The next time you see a pair of shoes, can you identify which one of the seven types it is? At first glance it may not seem so easy. This is because the basic types have been so freely adapted through the years to suit changing tastes and fashions. But a closer study will enable you to identify it properly. For example, jogging shoes may not look like any of the seven basic types, but they are nothing but oxfords made of different materials. A lady’s open-back shoe is really a mule with straps added, and a Loafer is basically a moccasin with a stronger sole.
How Footwear Fashions Were Launched
For hundreds of years, footwear fashions were strictly the domain of the rich and the aristocratic. To the common folk, shoes were just shoes—covering and protection for the feet—and function was the main concern; little attention was given to how they looked. The whole idea, and business, of fashionable shoes as we know it today is of very recent origin.
One factor that prevented the business of shoes from blossoming was that for centuries shoes were handcrafted. It took time to make them, and they were expensive. Most people could not afford to get a new pair of shoes whenever they had the urge. What changed all of that was the introduction of shoemaking machinery in the United States in the mid-1800’s. Overnight, a craft became an industry. Shoes became not only widely available but also easily affordable. However, it took two other events to send footwear fashions on their way: passage of the Volstead Act of 1919 (also known as Prohibition) and ratification in 1920 of the Constitutional amendment guaranteeing the right of women to vote.
These events precipitated profound changes in American society. Prohibition brought about new forms of entertainment, dancing, and music. Women, with their newly gained freedom, indulged in these so-called self-liberating activities and pursued everything that was new and different. Along with cosmetics, shorter skirts, and new hairdos came a fascination with shoe fashions. The defiant “Flapper Age” got its name from young women who deliberately left their shoes unbuckled. When they walked, their shoes would “flap” loudly, thus calling attention to the women and to their cause.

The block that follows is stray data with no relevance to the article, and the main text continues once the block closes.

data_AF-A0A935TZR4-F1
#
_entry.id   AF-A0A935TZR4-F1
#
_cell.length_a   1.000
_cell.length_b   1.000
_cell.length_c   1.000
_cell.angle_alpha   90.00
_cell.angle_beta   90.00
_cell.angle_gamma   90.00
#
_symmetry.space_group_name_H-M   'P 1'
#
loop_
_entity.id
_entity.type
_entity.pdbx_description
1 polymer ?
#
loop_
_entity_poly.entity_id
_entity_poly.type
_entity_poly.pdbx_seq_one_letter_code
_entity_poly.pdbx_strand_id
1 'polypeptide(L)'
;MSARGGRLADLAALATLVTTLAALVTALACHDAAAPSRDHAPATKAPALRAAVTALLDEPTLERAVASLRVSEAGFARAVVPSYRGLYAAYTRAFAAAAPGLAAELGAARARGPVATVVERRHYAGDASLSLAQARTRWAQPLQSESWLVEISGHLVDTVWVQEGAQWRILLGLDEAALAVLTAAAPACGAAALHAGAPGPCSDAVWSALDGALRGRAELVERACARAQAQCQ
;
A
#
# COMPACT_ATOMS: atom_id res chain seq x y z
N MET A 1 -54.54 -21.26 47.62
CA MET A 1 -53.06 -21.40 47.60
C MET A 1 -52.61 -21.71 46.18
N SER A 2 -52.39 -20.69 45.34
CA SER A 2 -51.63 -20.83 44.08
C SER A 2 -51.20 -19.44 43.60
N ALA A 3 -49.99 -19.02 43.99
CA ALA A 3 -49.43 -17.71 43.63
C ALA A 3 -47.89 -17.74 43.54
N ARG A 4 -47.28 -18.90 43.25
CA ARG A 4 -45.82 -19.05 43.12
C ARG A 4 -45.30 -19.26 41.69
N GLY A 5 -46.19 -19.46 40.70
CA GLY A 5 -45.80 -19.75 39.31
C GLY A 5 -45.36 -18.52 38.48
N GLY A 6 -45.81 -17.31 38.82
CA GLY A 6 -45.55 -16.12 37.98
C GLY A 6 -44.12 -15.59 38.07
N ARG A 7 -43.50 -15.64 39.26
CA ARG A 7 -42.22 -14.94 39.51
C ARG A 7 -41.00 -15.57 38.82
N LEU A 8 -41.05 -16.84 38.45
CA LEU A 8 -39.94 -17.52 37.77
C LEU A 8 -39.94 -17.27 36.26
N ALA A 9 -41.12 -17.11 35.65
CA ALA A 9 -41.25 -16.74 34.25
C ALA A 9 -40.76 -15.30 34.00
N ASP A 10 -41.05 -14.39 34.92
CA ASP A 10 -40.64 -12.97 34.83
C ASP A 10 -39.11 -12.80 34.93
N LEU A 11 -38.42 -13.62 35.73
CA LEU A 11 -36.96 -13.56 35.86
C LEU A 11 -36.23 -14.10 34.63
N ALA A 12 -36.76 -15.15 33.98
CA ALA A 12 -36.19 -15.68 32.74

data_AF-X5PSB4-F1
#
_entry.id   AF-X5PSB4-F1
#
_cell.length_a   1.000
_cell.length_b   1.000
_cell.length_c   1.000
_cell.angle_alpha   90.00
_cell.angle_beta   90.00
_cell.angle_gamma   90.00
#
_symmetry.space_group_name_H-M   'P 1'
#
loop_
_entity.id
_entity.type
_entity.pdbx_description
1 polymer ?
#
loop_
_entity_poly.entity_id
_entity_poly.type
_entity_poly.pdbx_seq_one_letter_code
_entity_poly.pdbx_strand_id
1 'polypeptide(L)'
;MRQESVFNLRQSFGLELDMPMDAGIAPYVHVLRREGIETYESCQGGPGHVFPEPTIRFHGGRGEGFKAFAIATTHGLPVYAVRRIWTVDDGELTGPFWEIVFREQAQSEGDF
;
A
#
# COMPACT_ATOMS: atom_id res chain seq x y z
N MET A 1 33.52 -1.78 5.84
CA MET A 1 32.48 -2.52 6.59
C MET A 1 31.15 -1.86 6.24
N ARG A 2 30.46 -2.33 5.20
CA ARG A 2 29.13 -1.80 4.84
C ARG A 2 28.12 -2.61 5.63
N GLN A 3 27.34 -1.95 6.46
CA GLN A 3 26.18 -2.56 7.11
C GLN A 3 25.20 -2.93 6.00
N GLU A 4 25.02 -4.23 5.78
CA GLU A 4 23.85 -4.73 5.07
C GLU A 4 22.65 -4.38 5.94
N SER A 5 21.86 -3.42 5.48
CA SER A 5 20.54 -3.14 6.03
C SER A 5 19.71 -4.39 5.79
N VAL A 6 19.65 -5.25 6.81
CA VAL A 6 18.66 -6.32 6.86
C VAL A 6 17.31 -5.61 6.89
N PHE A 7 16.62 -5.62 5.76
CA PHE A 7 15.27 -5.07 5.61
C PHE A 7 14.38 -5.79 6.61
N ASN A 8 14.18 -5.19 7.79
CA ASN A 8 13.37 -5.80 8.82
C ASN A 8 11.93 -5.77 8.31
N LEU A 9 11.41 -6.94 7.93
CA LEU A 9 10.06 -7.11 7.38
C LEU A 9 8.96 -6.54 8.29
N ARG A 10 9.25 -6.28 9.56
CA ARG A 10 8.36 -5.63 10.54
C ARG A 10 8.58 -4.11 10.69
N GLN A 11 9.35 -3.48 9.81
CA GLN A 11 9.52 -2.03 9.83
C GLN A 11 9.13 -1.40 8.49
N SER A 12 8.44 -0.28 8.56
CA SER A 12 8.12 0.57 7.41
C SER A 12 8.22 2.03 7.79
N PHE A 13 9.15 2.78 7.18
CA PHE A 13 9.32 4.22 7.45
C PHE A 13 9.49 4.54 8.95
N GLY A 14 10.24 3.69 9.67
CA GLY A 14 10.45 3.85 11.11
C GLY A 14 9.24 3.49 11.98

All of this created an enormous demand for elegant and affordable shoes. This, coupled with the new techniques and materials used in shoe manufacturing, catapulted footwear fashions to what they are today. Now, for the first time in history, fashionable footwear is no longer the prerogative of the rich and powerful but is within the reach of most everyone.
Surprisingly, in spite of all the clamor about fashion and design in footwear in past centuries, the seven basic types have remained essentially unchanged. Still, the endless variety and the thousands of designs and looks in shoes available today testify to the ingenuity of those in the business. This wide variety also shows that tastes and fashions are such volatile things that it is easy to fall victim to the whims of those who set the pace in such things.
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Old Shoe Stories
◻ To relieve headaches, ancient Egyptians would burn a sandal and breathe the smoke.
◻ To cure a stomach pain, some early American settlers would lie down and place a pair of heavy boots on the belly.
◻ At one time, an Arab man could divorce his wife by simply tossing her shoes out the door, much as if he were discarding a worn-out pair of slippers.
◻ The best-known shoe story is no doubt the Cinderella tale. There are hundreds of versions of this story told by peoples around the world, the oldest one in print being Chinese. It was recorded in the ninth century, some 800 years before the popular Western version.